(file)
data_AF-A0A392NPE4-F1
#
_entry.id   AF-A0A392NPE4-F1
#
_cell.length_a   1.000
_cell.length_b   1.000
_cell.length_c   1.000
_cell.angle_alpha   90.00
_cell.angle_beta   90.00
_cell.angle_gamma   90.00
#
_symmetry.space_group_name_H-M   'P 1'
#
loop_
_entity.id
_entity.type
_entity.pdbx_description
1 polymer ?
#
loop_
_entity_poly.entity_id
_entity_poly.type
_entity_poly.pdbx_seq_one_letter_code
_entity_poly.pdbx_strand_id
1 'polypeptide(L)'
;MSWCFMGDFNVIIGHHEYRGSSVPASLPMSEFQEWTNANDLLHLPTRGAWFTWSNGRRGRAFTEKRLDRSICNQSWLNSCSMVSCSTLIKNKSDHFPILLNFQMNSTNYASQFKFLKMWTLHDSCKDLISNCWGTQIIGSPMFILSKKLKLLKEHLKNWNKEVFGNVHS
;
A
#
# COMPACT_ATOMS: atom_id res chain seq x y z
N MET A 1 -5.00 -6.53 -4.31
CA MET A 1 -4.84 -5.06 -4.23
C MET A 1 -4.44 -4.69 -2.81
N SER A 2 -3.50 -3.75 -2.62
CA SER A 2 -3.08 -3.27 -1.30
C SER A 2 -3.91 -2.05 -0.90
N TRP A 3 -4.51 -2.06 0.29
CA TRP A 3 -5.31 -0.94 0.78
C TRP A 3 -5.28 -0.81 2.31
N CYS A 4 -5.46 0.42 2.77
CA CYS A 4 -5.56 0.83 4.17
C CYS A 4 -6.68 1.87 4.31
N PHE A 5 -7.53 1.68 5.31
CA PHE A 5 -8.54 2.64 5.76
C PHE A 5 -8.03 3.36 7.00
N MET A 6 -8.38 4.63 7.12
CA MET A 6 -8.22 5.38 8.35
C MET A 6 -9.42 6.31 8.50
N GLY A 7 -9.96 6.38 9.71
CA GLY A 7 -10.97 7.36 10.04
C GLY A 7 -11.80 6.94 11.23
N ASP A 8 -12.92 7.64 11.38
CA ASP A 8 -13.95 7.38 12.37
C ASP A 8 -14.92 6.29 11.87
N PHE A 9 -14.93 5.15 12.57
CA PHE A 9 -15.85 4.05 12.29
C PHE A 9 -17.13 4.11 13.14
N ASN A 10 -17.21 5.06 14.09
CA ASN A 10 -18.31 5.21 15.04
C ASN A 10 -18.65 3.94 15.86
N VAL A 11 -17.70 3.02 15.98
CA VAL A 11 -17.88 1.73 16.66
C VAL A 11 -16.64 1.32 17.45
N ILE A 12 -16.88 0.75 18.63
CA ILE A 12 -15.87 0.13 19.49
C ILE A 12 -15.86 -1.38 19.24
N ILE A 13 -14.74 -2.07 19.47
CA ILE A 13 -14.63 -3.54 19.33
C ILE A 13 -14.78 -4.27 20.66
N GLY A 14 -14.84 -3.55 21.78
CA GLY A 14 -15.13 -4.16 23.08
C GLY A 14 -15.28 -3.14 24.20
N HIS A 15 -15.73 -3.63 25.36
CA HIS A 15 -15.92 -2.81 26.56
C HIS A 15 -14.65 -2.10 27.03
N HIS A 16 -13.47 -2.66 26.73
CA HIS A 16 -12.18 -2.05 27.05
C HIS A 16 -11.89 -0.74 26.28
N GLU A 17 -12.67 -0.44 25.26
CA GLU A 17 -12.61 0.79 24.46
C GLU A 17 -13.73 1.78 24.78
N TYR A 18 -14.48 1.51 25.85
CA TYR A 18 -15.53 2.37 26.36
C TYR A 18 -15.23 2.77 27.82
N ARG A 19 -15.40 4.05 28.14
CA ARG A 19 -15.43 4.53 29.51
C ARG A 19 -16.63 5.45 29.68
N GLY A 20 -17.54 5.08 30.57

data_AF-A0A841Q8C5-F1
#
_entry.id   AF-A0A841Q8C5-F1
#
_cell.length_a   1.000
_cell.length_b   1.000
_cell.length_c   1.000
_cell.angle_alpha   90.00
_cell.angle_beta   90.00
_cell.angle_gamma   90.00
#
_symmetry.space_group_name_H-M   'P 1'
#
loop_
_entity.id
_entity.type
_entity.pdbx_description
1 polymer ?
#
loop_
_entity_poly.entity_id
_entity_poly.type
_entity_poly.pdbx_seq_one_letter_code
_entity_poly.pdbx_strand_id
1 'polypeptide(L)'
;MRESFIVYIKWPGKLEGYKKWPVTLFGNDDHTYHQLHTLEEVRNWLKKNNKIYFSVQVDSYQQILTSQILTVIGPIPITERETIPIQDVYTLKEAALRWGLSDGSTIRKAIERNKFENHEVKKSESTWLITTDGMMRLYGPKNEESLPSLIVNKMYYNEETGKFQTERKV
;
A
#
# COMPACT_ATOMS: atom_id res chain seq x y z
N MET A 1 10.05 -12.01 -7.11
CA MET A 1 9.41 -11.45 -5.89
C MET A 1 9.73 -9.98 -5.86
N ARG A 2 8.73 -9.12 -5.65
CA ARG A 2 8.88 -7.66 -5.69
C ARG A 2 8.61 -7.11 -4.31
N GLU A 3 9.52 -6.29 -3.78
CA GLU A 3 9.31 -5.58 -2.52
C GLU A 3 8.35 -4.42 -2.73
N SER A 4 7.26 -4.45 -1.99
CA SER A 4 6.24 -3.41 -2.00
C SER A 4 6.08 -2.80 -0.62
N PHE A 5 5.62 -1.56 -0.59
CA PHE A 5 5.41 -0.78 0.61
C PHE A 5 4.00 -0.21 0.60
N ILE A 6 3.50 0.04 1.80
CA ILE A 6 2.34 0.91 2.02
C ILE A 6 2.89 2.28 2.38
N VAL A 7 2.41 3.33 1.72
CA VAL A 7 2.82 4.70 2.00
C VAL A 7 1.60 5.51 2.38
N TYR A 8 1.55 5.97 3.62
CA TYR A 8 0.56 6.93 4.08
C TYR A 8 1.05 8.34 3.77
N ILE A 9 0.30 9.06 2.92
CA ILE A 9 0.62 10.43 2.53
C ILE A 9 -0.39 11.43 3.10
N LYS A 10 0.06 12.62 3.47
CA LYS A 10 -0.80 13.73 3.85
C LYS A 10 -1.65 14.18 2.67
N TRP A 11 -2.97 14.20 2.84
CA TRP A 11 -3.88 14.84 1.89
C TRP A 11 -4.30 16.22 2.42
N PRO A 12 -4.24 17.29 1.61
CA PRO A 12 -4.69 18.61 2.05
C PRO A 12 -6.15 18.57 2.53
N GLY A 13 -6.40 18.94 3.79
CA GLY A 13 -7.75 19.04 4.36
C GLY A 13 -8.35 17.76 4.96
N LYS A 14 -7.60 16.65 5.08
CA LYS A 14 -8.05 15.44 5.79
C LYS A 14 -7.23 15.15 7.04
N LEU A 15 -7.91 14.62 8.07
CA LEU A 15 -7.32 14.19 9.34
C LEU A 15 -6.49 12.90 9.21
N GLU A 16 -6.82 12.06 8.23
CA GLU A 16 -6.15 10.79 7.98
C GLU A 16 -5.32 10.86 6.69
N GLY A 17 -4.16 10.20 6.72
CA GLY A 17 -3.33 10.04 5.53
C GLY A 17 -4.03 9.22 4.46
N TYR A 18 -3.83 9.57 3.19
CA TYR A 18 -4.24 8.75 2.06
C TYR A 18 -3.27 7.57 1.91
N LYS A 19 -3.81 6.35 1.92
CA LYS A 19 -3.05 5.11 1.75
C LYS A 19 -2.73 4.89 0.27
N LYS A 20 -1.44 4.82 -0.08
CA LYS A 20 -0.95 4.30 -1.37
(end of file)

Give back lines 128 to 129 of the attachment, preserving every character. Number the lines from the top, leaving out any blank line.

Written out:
N SER A 4 7.26 -4.45 -1.99
CA SER A 4 6.24 -3.41 -2.00